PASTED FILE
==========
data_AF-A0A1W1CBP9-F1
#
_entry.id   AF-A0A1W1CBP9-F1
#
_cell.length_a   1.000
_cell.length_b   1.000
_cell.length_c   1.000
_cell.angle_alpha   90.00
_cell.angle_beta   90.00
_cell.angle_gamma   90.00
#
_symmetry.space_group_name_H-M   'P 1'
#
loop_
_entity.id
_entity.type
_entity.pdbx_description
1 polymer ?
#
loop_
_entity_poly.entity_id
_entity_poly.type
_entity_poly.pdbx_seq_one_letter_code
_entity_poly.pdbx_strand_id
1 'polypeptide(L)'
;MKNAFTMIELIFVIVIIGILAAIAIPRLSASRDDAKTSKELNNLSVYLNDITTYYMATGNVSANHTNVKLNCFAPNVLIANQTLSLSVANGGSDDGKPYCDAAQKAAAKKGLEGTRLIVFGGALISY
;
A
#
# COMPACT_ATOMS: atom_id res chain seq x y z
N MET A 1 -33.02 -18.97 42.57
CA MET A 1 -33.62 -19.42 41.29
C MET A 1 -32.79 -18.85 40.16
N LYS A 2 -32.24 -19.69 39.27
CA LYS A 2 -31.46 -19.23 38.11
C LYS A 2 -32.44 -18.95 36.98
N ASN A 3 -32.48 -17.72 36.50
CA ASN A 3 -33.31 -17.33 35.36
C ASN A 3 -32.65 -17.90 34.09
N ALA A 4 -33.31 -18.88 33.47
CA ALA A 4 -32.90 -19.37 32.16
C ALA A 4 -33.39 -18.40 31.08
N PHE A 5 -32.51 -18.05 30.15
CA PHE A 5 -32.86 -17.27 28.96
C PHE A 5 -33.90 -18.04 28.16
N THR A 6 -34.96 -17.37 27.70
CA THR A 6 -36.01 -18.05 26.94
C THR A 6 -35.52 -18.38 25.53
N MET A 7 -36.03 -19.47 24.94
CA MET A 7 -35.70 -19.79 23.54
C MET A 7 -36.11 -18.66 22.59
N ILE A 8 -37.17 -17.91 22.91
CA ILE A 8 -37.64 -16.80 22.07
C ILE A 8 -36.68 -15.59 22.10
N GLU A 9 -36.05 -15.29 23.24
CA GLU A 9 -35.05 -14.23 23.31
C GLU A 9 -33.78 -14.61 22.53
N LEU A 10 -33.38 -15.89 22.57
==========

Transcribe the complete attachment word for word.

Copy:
data_AF-A0A1W1CBP9-F1
#
_entry.id   AF-A0A1W1CBP9-F1
#
_cell.length_a   1.000
_cell.length_b   1.000
_cell.length_c   1.000
_cell.angle_alpha   90.00
_cell.angle_beta   90.00
_cell.angle_gamma   90.00
#
_symmetry.space_group_name_H-M   'P 1'
#
loop_
_entity.id
_entity.type
_entity.pdbx_description
1 polymer ?
#
loop_
_entity_poly.entity_id
_entity_poly.type
_entity_poly.pdbx_seq_one_letter_code
_entity_poly.pdbx_strand_id
1 'polypeptide(L)'
;MKNAFTMIELIFVIVIIGILAAIAIPRLSASRDDAKTSKELNNLSVYLNDITTYYMATGNVSANHTNVKLNCFAPNVLIANQTLSLSVANGGSDDGKPYCDAAQKAAAKKGLEGTRLIVFGGALISY
;
A
#
# COMPACT_ATOMS: atom_id res chain seq x y z
N MET A 1 -33.02 -18.97 42.57
CA MET A 1 -33.62 -19.42 41.29
C MET A 1 -32.79 -18.85 40.16
N LYS A 2 -32.24 -19.69 39.27
CA LYS A 2 -31.46 -19.23 38.11
C LYS A 2 -32.44 -18.95 36.98
N ASN A 3 -32.48 -17.72 36.50
CA ASN A 3 -33.31 -17.33 35.36
C ASN A 3 -32.65 -17.90 34.09
N ALA A 4 -33.31 -18.88 33.47
CA ALA A 4 -32.90 -19.37 32.16
C ALA A 4 -33.39 -18.40 31.08
N PHE A 5 -32.51 -18.05 30.15
CA PHE A 5 -32.86 -17.27 28.96
C PHE A 5 -33.90 -18.04 28.16
N THR A 6 -34.96 -17.37 27.70
CA THR A 6 -36.01 -18.05 26.94
C THR A 6 -35.52 -18.38 25.53
N MET A 7 -36.03 -19.47 24.94
CA MET A 7 -35.70 -19.79 23.54
C MET A 7 -36.11 -18.66 22.59
N ILE A 8 -37.17 -17.91 22.91
CA ILE A 8 -37.64 -16.80 22.07
C ILE A 8 -36.68 -15.59 22.10
N GLU A 9 -36.05 -15.29 23.24
CA GLU A 9 -35.05 -14.23 23.31
C GLU A 9 -33.78 -14.61 22.53
N LEU A 10 -33.38 -15.89 22.57